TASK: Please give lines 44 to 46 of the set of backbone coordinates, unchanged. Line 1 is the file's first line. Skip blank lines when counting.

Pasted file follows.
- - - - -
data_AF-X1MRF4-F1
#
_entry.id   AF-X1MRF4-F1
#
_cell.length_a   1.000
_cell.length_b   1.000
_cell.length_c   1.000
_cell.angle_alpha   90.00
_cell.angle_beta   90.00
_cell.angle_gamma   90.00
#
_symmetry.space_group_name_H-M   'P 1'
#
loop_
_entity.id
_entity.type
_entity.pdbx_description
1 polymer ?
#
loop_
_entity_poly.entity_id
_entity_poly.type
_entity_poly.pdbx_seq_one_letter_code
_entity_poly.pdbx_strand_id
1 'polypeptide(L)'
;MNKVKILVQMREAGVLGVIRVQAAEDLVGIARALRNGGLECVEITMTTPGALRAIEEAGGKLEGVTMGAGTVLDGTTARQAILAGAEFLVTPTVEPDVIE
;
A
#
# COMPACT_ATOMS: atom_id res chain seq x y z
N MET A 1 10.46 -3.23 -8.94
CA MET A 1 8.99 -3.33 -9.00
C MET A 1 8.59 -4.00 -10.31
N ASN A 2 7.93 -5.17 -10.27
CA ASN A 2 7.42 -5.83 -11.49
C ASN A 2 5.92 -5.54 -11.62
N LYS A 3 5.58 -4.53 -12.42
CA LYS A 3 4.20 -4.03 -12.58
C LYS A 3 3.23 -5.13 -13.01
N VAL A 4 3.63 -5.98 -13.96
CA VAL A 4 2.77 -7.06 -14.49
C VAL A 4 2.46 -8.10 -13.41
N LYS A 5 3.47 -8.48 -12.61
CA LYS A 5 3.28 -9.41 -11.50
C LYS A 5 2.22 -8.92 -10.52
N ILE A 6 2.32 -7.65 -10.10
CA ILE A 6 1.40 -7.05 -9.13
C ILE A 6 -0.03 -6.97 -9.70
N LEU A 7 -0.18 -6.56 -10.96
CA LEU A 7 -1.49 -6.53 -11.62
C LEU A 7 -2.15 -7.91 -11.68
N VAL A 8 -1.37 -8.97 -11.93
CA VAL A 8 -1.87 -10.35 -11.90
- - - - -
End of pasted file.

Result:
CA LYS A 5 3.28 -9.41 -11.50
C LYS A 5 2.22 -8.92 -10.52
N ILE A 6 2.32 -7.65 -10.10